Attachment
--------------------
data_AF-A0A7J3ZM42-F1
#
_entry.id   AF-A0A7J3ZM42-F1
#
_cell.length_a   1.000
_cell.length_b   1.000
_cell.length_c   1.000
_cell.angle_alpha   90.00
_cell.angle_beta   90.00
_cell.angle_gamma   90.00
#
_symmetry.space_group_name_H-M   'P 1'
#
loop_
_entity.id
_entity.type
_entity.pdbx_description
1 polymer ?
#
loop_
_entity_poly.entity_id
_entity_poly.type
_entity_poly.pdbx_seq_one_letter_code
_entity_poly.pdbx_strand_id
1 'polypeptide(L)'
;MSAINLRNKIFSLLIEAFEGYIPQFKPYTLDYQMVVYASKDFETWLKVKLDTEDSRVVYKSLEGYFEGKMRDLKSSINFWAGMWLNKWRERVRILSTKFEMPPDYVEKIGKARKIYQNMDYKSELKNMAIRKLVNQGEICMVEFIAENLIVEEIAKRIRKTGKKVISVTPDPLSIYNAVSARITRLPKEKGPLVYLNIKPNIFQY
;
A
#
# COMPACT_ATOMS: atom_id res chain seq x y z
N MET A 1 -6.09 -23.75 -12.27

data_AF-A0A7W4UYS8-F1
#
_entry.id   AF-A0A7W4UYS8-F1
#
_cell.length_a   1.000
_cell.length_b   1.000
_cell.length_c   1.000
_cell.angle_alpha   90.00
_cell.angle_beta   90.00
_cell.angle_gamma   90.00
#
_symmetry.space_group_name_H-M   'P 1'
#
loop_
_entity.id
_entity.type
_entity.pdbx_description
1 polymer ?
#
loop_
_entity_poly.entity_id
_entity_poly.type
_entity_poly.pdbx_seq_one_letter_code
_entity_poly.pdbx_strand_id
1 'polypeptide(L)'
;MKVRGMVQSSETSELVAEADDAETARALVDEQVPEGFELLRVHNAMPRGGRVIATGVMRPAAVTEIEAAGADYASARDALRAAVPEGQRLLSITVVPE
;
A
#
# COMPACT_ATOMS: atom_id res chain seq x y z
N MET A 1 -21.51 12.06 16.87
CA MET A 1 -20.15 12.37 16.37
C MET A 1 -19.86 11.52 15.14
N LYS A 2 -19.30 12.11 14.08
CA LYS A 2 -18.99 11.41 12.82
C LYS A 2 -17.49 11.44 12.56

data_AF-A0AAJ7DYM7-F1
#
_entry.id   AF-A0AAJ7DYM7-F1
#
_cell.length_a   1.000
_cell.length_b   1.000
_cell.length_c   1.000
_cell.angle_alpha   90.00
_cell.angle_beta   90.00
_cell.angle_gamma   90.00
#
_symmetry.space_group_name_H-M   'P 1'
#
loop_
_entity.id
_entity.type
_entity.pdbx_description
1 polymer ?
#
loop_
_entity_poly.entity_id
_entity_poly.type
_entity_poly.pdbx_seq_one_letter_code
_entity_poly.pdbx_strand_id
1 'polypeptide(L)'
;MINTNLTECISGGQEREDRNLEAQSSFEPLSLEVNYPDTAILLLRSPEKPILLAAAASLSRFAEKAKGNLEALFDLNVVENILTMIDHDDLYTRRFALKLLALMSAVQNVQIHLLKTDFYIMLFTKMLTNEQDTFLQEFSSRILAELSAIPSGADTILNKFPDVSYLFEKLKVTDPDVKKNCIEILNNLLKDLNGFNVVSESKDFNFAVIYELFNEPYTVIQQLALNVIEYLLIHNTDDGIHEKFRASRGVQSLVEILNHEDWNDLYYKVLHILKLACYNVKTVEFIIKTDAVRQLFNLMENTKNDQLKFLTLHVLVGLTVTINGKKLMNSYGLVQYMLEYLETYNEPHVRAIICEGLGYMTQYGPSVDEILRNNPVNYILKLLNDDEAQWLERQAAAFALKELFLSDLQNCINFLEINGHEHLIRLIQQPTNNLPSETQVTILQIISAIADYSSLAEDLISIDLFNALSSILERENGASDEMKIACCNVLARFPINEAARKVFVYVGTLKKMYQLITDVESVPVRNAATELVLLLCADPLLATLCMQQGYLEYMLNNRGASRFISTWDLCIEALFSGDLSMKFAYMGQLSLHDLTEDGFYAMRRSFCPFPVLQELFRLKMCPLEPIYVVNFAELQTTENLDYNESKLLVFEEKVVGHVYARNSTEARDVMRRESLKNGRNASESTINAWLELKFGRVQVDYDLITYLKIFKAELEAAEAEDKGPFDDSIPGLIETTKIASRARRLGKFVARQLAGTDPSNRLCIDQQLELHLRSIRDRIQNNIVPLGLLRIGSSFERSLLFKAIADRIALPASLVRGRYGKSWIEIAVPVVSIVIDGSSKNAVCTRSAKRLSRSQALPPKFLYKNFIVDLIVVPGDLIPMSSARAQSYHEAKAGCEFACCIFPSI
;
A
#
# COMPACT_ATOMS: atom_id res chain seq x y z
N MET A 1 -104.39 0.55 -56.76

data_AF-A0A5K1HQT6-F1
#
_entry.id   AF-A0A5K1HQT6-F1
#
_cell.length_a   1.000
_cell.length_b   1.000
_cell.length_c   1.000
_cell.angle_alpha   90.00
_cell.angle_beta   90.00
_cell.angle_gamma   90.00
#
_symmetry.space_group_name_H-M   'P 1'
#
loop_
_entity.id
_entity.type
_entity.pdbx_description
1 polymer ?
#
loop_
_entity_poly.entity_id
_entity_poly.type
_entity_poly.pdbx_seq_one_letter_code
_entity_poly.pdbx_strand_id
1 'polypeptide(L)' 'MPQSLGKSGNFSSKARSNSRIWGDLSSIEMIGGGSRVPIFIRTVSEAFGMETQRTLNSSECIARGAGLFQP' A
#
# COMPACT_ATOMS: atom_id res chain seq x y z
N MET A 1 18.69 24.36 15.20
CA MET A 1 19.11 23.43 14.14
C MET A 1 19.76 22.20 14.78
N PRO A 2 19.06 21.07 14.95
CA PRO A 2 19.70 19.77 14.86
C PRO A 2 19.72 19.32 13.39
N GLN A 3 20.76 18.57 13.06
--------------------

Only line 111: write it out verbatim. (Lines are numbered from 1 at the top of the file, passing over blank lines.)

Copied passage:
#